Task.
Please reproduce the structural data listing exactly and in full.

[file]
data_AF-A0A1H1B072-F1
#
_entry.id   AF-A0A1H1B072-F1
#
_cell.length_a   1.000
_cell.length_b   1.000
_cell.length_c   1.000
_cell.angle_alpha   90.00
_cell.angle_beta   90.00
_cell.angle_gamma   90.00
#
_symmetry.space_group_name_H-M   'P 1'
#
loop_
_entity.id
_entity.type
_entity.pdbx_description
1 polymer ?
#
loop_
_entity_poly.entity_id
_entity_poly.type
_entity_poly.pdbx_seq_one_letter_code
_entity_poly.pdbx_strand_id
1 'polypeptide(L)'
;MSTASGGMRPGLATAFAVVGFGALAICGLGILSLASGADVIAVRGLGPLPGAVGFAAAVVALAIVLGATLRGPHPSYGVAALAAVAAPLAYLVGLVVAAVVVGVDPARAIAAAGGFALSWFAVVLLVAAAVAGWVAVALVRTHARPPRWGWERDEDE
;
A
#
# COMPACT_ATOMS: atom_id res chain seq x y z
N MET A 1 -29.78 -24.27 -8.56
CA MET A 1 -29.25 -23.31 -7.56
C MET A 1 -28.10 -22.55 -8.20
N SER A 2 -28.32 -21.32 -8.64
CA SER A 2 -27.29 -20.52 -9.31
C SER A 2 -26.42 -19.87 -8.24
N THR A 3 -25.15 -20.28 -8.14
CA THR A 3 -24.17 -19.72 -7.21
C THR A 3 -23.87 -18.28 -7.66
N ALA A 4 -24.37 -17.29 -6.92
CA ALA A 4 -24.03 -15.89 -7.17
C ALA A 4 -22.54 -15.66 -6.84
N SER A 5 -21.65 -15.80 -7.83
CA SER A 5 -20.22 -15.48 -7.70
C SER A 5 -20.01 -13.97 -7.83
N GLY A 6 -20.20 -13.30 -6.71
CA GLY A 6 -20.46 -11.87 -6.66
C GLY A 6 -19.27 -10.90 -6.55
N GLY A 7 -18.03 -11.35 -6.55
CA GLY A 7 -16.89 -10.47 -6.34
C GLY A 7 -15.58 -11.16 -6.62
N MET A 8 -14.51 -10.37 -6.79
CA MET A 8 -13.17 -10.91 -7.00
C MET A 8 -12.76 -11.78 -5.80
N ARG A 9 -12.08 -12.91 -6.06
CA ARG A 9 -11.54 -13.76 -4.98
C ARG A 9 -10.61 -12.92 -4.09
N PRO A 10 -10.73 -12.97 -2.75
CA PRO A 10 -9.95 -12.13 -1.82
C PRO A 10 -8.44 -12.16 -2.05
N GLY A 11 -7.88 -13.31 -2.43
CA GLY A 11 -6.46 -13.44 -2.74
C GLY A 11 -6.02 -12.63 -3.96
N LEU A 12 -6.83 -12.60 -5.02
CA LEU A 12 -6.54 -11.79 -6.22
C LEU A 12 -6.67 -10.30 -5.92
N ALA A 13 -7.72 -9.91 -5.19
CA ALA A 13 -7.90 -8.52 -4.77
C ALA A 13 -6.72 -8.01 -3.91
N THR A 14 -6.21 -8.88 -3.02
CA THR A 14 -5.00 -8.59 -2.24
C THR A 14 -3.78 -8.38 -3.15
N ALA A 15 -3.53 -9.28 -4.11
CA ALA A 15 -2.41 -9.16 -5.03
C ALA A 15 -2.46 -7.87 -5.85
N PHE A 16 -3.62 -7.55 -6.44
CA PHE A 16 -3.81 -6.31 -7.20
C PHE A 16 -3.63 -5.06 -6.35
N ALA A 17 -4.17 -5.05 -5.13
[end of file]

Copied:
data_AF-A0A1H1B072-F1
#
_entry.id   AF-A0A1H1B072-F1
#
_cell.length_a   1.000
_cell.length_b   1.000
_cell.length_c   1.000
_cell.angle_alpha   90.00
_cell.angle_beta   90.00
_cell.angle_gamma   90.00
#
_symmetry.space_group_name_H-M   'P 1'
#
loop_
_entity.id
_entity.type
_entity.pdbx_description
1 polymer ?
#
loop_
_entity_poly.entity_id
_entity_poly.type
_entity_poly.pdbx_seq_one_letter_code
_entity_poly.pdbx_strand_id
1 'polypeptide(L)'
;MSTASGGMRPGLATAFAVVGFGALAICGLGILSLASGADVIAVRGLGPLPGAVGFAAAVVALAIVLGATLRGPHPSYGVAALAAVAAPLAYLVGLVVAAVVVGVDPARAIAAAGGFALSWFAVVLLVAAAVAGWVAVALVRTHARPPRWGWERDEDE
;
A
#
# COMPACT_ATOMS: atom_id res chain seq x y z
N MET A 1 -29.78 -24.27 -8.56
CA MET A 1 -29.25 -23.31 -7.56
C MET A 1 -28.10 -22.55 -8.20
N SER A 2 -28.32 -21.32 -8.64
CA SER A 2 -27.29 -20.52 -9.31
C SER A 2 -26.42 -19.87 -8.24
N THR A 3 -25.15 -20.28 -8.14
CA THR A 3 -24.17 -19.72 -7.21
C THR A 3 -23.87 -18.28 -7.66
N ALA A 4 -24.37 -17.29 -6.92
CA ALA A 4 -24.03 -15.89 -7.17
C ALA A 4 -22.54 -15.66 -6.84
N SER A 5 -21.65 -15.80 -7.83
CA SER A 5 -20.22 -15.48 -7.70
C SER A 5 -20.01 -13.97 -7.83
N GLY A 6 -20.20 -13.30 -6.71
CA GLY A 6 -20.46 -11.87 -6.66
C GLY A 6 -19.27 -10.90 -6.55
N GLY A 7 -18.03 -11.35 -6.55
CA GLY A 7 -16.89 -10.47 -6.34
C GLY A 7 -15.58 -11.16 -6.62
N MET A 8 -14.51 -10.37 -6.79
CA MET A 8 -13.17 -10.91 -7.00
C MET A 8 -12.76 -11.78 -5.80
N ARG A 9 -12.08 -12.91 -6.06
CA ARG A 9 -11.54 -13.76 -4.98
C ARG A 9 -10.61 -12.92 -4.09
N PRO A 10 -10.73 -12.97 -2.75
CA PRO A 10 -9.95 -12.13 -1.82
C PRO A 10 -8.44 -12.16 -2.05
N GLY A 11 -7.88 -13.31 -2.43
CA GLY A 11 -6.46 -13.44 -2.74
C GLY A 11 -6.02 -12.63 -3.96
N LEU A 12 -6.83 -12.60 -5.02
CA LEU A 12 -6.54 -11.79 -6.22
C LEU A 12 -6.67 -10.30 -5.92
N ALA A 13 -7.72 -9.91 -5.19
CA ALA A 13 -7.90 -8.52 -4.77
C ALA A 13 -6.72 -8.01 -3.91
N THR A 14 -6.21 -8.88 -3.02
CA THR A 14 -5.00 -8.59 -2.24
C THR A 14 -3.78 -8.38 -3.15
N ALA A 15 -3.53 -9.28 -4.11
CA ALA A 15 -2.41 -9.16 -5.03
C ALA A 15 -2.46 -7.87 -5.85
N PHE A 16 -3.62 -7.55 -6.44
CA PHE A 16 -3.81 -6.31 -7.20
C PHE A 16 -3.63 -5.06 -6.35
N ALA A 17 -4.17 -5.05 -5.13